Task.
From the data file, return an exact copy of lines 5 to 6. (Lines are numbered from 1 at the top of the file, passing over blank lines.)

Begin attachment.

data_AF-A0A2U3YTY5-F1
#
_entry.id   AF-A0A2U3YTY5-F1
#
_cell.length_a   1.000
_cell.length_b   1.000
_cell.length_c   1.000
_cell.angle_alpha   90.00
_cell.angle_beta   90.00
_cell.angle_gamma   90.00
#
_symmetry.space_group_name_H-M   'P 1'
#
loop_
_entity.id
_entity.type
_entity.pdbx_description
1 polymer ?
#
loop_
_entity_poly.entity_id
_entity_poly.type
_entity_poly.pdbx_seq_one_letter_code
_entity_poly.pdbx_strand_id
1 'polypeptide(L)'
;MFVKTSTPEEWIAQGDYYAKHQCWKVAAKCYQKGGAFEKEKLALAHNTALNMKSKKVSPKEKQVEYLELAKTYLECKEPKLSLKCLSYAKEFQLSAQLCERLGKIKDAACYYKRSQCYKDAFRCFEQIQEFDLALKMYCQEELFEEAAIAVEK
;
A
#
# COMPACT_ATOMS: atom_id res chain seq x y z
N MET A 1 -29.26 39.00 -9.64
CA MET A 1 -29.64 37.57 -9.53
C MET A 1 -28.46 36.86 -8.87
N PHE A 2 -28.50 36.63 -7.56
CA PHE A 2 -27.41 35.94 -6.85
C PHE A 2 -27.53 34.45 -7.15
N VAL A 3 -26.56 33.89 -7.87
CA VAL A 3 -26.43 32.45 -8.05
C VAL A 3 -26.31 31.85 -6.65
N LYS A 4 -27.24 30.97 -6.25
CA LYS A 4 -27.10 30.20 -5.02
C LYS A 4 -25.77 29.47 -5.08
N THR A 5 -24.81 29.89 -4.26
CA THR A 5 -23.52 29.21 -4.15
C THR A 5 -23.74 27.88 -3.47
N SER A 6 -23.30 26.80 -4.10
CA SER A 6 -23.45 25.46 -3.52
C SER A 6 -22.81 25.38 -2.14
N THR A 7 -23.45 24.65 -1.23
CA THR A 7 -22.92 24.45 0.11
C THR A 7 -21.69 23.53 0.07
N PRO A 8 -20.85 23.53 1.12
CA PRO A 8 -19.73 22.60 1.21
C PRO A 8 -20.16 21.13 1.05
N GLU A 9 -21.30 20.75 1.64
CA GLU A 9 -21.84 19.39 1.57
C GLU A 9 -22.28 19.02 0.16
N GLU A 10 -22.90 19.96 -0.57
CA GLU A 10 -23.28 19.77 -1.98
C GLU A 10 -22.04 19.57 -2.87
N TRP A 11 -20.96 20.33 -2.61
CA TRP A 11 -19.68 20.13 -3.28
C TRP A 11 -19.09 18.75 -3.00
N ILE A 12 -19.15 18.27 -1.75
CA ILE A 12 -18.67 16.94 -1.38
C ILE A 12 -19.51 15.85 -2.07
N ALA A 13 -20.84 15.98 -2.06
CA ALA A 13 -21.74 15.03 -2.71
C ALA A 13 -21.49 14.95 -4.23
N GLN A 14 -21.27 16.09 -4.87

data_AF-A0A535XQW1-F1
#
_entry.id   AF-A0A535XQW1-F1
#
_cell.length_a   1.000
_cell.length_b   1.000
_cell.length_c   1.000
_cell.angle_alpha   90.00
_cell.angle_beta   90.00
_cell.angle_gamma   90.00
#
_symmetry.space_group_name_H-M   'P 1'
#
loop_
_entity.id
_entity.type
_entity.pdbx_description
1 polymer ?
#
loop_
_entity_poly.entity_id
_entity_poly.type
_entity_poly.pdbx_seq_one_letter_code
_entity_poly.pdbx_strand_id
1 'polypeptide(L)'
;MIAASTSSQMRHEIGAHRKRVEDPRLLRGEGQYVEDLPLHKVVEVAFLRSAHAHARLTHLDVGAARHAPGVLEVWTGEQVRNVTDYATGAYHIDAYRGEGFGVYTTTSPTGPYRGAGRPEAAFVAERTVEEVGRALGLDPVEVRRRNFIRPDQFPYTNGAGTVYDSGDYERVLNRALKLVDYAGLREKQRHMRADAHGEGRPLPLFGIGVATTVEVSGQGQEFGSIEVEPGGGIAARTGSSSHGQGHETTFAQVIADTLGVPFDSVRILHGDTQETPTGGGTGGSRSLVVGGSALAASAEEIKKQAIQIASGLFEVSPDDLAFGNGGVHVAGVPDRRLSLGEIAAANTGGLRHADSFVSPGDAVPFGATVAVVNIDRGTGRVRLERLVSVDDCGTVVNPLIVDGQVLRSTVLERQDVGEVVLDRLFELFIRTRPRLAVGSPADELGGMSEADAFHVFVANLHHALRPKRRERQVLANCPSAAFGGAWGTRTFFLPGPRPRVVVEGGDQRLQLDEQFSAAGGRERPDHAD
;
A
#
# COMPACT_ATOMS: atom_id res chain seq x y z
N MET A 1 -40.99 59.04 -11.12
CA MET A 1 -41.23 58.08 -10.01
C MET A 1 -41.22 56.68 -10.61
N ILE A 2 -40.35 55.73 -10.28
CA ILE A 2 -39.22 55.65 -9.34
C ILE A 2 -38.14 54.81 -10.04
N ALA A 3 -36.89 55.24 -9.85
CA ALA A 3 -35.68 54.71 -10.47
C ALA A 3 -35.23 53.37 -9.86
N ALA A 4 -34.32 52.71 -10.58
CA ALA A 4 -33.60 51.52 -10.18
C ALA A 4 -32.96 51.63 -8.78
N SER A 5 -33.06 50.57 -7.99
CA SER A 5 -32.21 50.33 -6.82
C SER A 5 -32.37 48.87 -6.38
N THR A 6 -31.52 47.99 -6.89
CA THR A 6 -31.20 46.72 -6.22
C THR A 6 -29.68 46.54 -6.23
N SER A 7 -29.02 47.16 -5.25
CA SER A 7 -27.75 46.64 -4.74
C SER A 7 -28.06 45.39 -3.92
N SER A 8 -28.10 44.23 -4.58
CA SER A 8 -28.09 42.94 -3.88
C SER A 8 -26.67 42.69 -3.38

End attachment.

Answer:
_cell.length_a   1.000
_cell.length_b   1.000